Ian’s background as a cowboy brought an authentic country sound to the duo, particularly in his songwriting themes which celebrate the pastoral and the cowboy lifestyle (‘Farewell To The North’, ‘Summer Wages’, ‘Lonely Girls’). Ian Tyson’s evocative songwriting brilliantly captures Canada’s natural beauty.
Uniquely both Ian and Sylvia are great songwriters in their own right. Ian’s most famous song is ‘Four Song Winds’, one of the strongest songs to emerge from the 60s Folk Movement and widely recognised as a classic Canadian song. Sylvia’s most famous song is ‘You Were on My Mind’ which became a pop hit for We Five in 1965. Sylvia Tyson said ‘We just tried to write real songs about real people, and I think that’s possibly why they’ve lasted’. Rather uniquely amongst female folksingers, Sylvia was already writing her own songs by the early 60s whereas her peers Judy Collins and Joan Baez did not begin writing their own songs until the late 60s (Judy Collins wrote her first song, ‘Since You Asked’ in 1967). On the subject of Judy Collins, Judy had a hit in 1969 with Ian’s song, ‘Someday Soon’ which is also considered a classic song.
As Canadians they brought an exotic, fresh perspective to the American Folk Boom. Their success in the US helped pave the way for their fellow Canadians, musical legends such as Neil Young, Gordon Lightfoot, Joni Mitchell and Leonard Cohen.
Unlike the majority of their Folksinger friends they did not write the seemingly compulsory Protest Song. Ian and Sylvia state there were two main reasons for this. In recent interviews Sylvia has said that as Canadians they did not feel it was their place to criticise the United States Government. Fundamentally they felt much protest music had the shelf-life of yesterday’s newspapers. Sylvia points out much Protest Music was not very good music. Sylvia noted much Protest Music was very specific about the causes of the time. This important point is one of the reasons why Dylan stands out. His Protest songs focused on constant themes such as war as opposed to specific conflicts, this combined with traditional folk song structures created a timelessness to much of his Protest material.
Together Ian and Sylvia represented the romantic ideals of the Folk Movement. Sylvia combines a natural classic beauty with the elegance and sophistication of Audrey Hepburn plus great literary talent and intellectual prowess. See this early Hootenanny performance where Sylvia looks distinctly Audrey Hepburn-esque, quite unusual for a folksinger! Ian had classically handsome movie-star good looks with an authentic, cowboy spirit. It’s very rare for a couple to be equally attractive as in the case of Ian and Sylvia. It’s been argued Ian and Sylvia’s romantic image is the inspiration for Mitch and Mickey in Christopher Guests’ Folk Music satire, ‘A Mighty Wind’.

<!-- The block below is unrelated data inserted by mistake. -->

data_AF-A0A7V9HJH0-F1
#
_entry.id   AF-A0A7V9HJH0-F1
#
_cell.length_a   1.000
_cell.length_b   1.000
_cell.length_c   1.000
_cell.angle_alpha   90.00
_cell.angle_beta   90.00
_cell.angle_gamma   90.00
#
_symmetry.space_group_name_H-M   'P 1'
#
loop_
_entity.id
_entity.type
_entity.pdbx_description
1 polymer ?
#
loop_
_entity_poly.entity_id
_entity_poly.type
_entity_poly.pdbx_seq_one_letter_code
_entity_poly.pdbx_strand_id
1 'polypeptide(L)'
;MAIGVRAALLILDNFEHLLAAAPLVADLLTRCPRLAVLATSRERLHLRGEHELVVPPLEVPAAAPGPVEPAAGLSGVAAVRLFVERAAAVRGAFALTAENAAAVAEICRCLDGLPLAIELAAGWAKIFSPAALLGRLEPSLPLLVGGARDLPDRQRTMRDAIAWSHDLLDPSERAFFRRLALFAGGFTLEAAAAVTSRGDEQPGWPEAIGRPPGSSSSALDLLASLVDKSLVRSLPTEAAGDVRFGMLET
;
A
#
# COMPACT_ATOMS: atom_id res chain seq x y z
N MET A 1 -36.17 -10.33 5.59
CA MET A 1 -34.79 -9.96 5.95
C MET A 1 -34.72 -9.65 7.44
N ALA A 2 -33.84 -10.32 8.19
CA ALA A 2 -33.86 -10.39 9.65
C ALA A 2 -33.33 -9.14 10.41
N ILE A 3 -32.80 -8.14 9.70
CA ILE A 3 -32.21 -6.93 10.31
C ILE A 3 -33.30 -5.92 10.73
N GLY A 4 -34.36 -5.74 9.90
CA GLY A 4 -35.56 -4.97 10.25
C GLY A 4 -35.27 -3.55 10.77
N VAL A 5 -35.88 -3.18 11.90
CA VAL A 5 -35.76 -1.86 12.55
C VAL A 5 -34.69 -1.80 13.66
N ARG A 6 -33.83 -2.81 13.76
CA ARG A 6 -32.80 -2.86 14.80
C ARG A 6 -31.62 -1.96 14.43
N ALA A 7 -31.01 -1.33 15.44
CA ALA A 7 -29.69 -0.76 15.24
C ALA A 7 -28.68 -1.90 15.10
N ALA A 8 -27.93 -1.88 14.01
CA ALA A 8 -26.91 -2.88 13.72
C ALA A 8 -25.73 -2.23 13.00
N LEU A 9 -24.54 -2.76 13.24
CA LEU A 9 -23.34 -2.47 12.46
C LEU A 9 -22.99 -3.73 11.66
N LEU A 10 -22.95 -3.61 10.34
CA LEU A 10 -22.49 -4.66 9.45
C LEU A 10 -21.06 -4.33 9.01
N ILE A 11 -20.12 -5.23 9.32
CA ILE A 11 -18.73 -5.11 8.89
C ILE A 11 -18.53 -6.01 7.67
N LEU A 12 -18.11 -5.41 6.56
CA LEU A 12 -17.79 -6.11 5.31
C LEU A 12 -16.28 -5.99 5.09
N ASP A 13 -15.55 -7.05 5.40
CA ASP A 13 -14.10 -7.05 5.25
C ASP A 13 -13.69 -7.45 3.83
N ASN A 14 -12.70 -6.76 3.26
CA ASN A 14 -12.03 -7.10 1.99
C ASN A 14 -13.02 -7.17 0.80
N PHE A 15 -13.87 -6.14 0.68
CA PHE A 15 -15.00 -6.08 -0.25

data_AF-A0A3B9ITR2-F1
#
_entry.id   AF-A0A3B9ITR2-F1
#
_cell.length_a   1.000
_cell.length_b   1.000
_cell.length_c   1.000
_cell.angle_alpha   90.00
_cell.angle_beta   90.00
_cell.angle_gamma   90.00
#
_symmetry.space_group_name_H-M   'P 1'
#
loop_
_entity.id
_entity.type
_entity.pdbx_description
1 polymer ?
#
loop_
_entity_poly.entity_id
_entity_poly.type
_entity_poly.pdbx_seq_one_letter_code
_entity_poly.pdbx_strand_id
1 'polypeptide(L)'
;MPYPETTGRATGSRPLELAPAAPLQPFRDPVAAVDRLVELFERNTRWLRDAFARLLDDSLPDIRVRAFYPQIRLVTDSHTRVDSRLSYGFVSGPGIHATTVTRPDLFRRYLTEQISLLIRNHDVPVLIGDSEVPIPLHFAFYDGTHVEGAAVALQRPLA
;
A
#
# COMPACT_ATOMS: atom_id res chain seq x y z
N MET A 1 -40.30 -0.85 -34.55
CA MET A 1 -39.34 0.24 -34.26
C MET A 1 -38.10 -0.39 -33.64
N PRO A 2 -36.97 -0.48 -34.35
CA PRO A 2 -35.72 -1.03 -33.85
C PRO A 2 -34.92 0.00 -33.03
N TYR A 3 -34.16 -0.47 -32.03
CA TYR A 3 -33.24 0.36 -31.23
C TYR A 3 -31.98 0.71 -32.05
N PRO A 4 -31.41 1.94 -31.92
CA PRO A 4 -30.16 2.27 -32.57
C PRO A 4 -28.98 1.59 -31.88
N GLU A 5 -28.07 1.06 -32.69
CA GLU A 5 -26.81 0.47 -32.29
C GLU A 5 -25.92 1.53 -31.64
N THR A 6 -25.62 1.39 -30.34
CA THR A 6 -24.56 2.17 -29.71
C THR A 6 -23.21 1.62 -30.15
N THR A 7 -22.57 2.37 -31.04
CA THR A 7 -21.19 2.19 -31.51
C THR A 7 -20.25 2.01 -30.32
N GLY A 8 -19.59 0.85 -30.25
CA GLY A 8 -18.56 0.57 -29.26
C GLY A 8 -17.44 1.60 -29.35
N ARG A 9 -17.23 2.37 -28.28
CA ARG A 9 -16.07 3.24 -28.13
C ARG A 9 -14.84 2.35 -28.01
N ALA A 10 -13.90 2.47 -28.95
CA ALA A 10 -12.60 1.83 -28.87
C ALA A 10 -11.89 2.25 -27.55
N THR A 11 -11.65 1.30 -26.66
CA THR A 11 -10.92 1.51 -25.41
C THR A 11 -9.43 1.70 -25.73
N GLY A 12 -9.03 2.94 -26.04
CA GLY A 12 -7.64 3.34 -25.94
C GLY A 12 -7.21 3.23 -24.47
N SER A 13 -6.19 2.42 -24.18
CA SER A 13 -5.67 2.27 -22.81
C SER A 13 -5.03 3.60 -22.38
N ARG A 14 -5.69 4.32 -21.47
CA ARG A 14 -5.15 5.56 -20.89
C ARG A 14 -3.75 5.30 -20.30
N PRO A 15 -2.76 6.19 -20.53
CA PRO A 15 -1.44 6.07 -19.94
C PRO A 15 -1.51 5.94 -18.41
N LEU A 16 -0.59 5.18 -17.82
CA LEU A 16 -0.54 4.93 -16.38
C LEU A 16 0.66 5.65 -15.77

Ian and Sylvia’s influence is most evident in their pioneering fusion of a folk and country sound with intelligent, poetic lyrics. This is most striking in their iconic work in the band Great Speckled Bird. Great Speckled Bird comprised of Ian Tyson, Sylvia Tyson, Amos Garrett, Bill Keith, Ken Kalmusky and Ricky Marcus. Their 1970 album ‘Great Speckled Bird’ is considered a country-rock classic. Their influence is most notable in the work of Neil Young, particularly in his landmark album, ‘Harvest’. ‘Harvest’ with its fusion of country and folk sensibilities, stripped down sound, intelligent, sparse lyrics and natural imagery is very reminiscent of Ian and Sylvia’s work (particularly with Great Speckled Bird). Listen to Neil Young’s cover of the Canadian anthem ‘Four Strong Winds’ here.
Ian and Sylvia were experimenting with a country sound at the same time as Dylan (‘John Wesley Harding’, ‘Nashville Skyline’, ‘Self Portrait’ and ‘The Basement Tapes’) and it’s likely both influenced each other. It was around this time that Dylan was recorded rehearsing ‘The French Girl’ with The Band (1987). Dylan revisited the song, twenty years later in rehearsals with The Grateful Dead in 1987.
Ian and Sylvia were one of the brightest lights in the Folk Music Scene and their evolution into country-rock proved to be highly influential. But most of all their music is simply good. It’s definitely worth while checking them out. I would recommend Ian and Sylvia to fans of Bob Dylan, Neil Young and Simon and Garfunkel as well as anyone who likes intelligent music.
To learn more about Ian and Sylvia and hear their reminisces of Dylan and the Greenwich Village Folk Scene, watch this excellent in depth interview from 2011. Hear Sylvia’s comments on ‘The Day Dylan Went Electric’. Watch an excellent interview with Ian. For more information, read their biography, ‘Four Strong Winds: Ian and Sylvia’ by John Einarson and Ian Tyson and Sylvia Tyson. Also check out Ian Tyson’s autobiography, ‘The Long Trail: My Life in the West’ by Ian Tyson and Jeremy Klaszus. Check out Ian and Sylvia 2010 performance of their classic song, ‘Four Strong Winds’ at the Mariposa Folk Festival, they headlined its first festival in 1961.